As I’ve mentioned in previous , my parents were young when they made the decision to have a baby. My dad was in his second year of college at East Stroudsburg University with hopes of being a gym teacher.
Upon receiving the news that he was going to be a father (at the prime age of 20), he told my mom they would make a life together. He knew he could be a good father.
In his heart he understood playing kickball wasn't his destiny. My mom trusted him.
Shortly after I was born, with visions of adventure and success, they packed me up headed west.
I have many stories I could share about this seven-year journey, but in the end, from rags to riches was how it all played out.
I admire my dad more now than ever. I look back on those hard days of living in a school bus, a canvas army tent, a partially constructed log cabin and a few scattered motel rooms.
Our mornings consisted of rolling up the sleeping bags, converting the dinette table from our bed back to an eating area, and consuming our daily staple – oatmeal.
I understand the pressure that was on him to give our family something better.
Even without a college degree, my dad knew he could be a success…he knew enough to purchase a three-piece suit and present himself as a true entrepreneur.
At one point he leased a Lincoln Continental, although that probably wasn't the best investment at the time.
I only wish I had a photo of him stepping out of that army green tent in his powder blue suit and heading toward the Lincoln.
He began selling things. It was his gift.
He sold motivational cassette tapes, electronics of all sorts, photography services, bulletproof luggage, and eventually built his talent to the point of starting a legitimate software and hardware business. This happened during the 1980’s – right at the peak of the information technology boom.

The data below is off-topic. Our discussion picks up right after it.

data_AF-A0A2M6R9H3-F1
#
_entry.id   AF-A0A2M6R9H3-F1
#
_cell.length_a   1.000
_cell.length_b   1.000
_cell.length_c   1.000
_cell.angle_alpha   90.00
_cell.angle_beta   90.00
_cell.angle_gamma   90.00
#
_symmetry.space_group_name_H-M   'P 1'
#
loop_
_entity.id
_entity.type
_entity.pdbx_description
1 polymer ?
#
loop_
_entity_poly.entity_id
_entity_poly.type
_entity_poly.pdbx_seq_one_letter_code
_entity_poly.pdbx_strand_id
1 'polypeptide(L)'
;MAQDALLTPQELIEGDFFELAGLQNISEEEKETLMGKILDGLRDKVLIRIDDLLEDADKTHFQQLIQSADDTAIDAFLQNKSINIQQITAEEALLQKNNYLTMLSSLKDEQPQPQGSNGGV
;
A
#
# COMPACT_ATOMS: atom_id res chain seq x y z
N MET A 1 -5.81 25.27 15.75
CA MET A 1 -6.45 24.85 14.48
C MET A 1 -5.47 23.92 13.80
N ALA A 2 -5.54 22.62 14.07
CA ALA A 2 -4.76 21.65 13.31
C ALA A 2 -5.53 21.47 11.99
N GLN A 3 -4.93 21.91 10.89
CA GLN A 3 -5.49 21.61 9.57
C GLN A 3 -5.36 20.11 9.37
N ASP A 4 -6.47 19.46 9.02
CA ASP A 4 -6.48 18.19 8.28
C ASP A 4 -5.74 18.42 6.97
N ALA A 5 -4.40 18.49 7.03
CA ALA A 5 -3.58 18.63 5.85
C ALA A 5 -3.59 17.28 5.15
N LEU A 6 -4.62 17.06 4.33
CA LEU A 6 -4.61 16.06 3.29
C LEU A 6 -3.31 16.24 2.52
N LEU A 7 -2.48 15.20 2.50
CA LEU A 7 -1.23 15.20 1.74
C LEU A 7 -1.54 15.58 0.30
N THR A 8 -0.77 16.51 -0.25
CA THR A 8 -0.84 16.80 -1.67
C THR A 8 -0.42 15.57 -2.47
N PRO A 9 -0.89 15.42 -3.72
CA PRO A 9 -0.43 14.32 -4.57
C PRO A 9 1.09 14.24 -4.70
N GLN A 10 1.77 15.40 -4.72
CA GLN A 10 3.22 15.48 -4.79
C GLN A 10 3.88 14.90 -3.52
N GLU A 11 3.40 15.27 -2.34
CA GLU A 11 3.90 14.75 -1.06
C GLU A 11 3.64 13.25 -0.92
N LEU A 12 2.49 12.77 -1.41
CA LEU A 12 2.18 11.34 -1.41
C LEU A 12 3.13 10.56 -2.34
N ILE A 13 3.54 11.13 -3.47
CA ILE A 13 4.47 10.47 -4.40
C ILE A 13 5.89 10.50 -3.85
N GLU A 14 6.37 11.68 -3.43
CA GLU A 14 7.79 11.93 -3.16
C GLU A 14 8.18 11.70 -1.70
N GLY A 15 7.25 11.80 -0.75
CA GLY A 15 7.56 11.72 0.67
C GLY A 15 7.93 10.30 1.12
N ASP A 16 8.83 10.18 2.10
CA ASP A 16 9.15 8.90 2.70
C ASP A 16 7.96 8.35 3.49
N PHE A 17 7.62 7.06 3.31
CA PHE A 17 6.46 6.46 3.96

When I was seven, we bought our first house, which was great timing. I was at an age when it was becoming embarrassing to walk off the school bus just to get on the bus each day.
As he moved up the ladder to become the founder, president, and COO of one of Inc. magazine's 500 fastest-growing businesses in the nation, he never let us feel like we were without.
I had no idea I had been poor. I didn’t realize other people didn’t live in buses and tents. I assumed it was the norm.
And through all those years, are when he would perform magic shows for us – at our birthday parties, for our friends, or just for fun as an after-dinner treat at the kitchen table.
It didn’t take much – just a stack of cards or a handkerchief. But these special moments seemed to be the glue that kept us together through rich and poor.
My dad can perform magic of all sorts. I sure love him for that.
What kind of "magic" can your dad do? Tell us in the comments.